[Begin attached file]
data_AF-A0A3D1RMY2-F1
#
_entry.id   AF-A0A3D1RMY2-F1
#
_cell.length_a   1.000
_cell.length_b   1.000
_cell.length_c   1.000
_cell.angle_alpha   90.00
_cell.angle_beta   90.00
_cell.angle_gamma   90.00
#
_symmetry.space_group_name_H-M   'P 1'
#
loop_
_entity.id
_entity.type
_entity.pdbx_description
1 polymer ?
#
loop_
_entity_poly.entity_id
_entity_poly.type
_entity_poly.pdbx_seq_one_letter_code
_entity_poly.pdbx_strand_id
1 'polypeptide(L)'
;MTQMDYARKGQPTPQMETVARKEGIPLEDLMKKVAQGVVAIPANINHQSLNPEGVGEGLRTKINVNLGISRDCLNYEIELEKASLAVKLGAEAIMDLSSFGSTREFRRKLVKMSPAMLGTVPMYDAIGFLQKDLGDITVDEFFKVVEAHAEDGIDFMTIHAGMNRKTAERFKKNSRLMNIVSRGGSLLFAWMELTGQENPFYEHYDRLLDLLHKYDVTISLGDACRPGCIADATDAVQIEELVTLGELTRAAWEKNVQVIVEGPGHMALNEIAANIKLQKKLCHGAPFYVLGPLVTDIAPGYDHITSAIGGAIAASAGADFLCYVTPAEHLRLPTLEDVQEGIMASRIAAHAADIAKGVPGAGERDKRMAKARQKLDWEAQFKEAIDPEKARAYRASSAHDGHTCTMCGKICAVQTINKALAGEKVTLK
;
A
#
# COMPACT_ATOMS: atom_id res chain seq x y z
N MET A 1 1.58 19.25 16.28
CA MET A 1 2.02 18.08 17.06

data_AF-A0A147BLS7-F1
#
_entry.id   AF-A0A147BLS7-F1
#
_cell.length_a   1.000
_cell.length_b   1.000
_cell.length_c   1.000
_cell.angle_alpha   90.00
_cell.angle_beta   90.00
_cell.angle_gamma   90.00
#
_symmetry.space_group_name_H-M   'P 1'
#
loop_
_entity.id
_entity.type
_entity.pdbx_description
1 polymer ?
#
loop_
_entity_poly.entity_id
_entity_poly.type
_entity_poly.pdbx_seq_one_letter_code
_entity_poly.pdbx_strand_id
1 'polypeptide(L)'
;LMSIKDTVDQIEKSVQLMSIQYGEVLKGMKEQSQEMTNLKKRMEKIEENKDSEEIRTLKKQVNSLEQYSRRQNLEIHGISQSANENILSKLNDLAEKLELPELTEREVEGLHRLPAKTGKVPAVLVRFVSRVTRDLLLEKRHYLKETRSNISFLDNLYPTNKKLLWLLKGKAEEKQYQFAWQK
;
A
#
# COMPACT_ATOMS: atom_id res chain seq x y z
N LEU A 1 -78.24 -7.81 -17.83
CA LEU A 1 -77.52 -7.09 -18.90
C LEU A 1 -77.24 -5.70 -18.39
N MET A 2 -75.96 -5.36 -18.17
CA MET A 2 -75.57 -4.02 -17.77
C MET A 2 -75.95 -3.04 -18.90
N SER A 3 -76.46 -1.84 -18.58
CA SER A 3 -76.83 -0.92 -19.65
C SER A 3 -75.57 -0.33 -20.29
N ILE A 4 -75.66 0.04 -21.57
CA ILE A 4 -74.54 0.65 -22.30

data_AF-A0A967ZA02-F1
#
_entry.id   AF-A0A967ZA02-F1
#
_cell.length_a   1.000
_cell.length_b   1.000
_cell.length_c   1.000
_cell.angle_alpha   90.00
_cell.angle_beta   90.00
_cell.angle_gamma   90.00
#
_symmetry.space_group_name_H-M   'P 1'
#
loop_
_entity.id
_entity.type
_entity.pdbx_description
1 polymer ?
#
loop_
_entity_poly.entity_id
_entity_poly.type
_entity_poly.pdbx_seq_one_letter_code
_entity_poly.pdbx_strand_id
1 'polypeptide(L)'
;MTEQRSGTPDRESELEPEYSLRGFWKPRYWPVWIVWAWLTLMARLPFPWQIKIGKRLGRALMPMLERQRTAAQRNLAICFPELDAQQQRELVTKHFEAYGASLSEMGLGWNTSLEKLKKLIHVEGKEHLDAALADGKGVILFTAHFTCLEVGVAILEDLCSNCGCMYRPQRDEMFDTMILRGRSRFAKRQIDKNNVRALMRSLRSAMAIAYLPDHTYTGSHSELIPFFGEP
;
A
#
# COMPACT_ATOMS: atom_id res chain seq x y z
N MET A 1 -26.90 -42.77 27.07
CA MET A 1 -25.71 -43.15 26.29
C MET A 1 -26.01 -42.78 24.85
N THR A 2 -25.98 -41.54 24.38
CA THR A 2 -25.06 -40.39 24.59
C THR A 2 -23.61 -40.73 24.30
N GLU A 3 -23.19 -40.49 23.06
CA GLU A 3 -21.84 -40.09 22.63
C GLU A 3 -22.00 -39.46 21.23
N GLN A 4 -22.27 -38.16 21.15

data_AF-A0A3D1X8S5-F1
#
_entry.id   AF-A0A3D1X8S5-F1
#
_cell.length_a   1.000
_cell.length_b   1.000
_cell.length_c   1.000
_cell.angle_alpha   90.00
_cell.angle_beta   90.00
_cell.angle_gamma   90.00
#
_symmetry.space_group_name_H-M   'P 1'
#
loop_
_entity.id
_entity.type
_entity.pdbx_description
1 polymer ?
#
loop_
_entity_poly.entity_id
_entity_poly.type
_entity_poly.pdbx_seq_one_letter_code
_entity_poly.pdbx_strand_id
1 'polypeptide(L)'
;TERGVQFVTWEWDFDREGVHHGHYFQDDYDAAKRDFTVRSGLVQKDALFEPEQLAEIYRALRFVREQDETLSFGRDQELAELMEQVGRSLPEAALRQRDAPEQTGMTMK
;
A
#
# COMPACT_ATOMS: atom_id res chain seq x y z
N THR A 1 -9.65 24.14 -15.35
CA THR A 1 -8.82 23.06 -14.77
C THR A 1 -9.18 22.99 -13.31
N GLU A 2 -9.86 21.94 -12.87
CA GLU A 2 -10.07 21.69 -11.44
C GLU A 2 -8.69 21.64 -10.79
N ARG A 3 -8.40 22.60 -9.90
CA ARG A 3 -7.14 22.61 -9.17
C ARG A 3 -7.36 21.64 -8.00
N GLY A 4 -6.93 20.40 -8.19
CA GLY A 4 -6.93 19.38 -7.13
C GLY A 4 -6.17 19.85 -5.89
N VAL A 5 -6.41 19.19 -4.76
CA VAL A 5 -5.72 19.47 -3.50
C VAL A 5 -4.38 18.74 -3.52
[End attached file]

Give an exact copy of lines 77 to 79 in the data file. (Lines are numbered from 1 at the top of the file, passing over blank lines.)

#
_cell.length_a   1.000
_cell.length_b   1.000